3. It Can Brake for Itself
Because of the aggressive regenerative braking in L mode, the Chevy Bolt essentially brakes for itself. When you lift off the accelerator, the car automatically starts to slow — so whether you’re in a gridlock or cruising on the highway, you really only need to operate the throttle. This feature alleviates fatigue and may prevent some of the leg discomfort you get from constantly going back and forth between the brake and the accelerator in traffic. You’re still in charge when you need stronger or emergency braking, although low-speed emergency auto brake is available.
Like the Chevy Volt, the Bolt also includes a steering-wheel paddle that engages and intensifies the regenerative braking. In the Bolt, though, this paddle can bring the car to a complete stop, and when the car is placed in L, it will automatically hold itself in place when stopped. There’s no automatic creep, as in every car with an automatic transmission — for that, leave the Bolt in Drive.
4. It Can’t Be Recharged as Quickly as a Tesla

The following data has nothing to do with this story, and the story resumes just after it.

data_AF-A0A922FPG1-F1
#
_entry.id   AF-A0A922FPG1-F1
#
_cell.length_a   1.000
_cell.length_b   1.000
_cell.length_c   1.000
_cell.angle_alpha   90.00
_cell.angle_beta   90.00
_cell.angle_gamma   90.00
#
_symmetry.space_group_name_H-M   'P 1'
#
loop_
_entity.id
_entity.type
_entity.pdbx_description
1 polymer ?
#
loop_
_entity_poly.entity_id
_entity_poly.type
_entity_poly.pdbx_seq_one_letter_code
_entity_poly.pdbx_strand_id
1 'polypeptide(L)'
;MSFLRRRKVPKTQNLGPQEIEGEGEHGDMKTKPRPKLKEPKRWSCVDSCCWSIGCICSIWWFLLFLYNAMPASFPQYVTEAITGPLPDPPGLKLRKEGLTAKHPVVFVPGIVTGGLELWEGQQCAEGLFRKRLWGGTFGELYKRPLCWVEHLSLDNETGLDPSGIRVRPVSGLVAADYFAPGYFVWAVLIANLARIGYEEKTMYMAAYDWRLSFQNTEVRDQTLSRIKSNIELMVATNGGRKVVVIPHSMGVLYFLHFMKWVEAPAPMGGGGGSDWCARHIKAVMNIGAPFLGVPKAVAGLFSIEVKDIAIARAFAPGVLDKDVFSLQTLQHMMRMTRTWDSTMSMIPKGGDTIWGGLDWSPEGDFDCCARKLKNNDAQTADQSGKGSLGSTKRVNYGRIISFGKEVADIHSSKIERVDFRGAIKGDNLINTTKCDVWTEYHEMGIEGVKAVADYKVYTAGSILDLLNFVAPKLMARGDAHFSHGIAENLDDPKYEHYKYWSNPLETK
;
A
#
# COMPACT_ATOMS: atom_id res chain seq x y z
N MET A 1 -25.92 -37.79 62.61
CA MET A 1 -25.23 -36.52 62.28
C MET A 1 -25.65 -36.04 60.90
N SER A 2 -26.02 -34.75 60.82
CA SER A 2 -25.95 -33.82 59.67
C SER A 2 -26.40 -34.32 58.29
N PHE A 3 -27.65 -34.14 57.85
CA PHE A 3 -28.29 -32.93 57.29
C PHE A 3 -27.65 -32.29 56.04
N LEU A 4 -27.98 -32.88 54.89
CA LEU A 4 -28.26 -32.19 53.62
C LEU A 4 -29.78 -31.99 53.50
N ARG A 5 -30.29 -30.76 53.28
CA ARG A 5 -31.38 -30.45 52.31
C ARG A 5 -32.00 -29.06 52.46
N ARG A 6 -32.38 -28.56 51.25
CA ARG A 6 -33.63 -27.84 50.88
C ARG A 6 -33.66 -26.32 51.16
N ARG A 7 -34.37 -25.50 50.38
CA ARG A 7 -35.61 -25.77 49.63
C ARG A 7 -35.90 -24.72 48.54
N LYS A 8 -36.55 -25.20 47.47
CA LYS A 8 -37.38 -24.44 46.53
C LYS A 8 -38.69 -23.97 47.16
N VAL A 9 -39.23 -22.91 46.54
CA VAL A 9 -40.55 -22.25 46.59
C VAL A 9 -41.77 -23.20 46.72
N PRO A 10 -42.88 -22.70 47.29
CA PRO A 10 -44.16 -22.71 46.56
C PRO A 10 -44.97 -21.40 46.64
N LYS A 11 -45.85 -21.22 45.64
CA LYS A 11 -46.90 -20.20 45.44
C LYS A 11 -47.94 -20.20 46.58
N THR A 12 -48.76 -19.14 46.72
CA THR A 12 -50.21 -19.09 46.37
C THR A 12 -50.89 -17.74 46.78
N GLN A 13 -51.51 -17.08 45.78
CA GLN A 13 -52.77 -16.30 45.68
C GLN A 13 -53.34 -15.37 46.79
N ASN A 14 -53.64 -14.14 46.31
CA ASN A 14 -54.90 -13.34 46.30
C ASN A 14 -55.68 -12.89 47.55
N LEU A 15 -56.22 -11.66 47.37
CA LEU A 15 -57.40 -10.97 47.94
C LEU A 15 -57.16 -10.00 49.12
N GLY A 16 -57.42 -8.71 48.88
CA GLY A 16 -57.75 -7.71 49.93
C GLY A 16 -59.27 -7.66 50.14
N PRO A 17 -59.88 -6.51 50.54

The Bolt can achieve Tesla-like electric range, but you’ll need more time to replenish its battery pack. The Chevy’s 7.2-kilowatt onboard charger can add 25 miles of range per hour of charging when connected to a 240-volt charger (a home-installed option) or replenish a depleted battery in 8.5 hours. At a DC fast-charging station, an increasing number of which are sprouting up on both coasts, you can add 90 miles of range in 30 minutes.
By contrast, a Tesla Model S and its optional 20-kilowatt onboard charger can replenish its battery pack about three times quicker. You can recharge the Tesla at home in 3.5 to 4.5 hours or add 170 miles in 30 minutes at one of the automaker’s fast-charging stations across the country.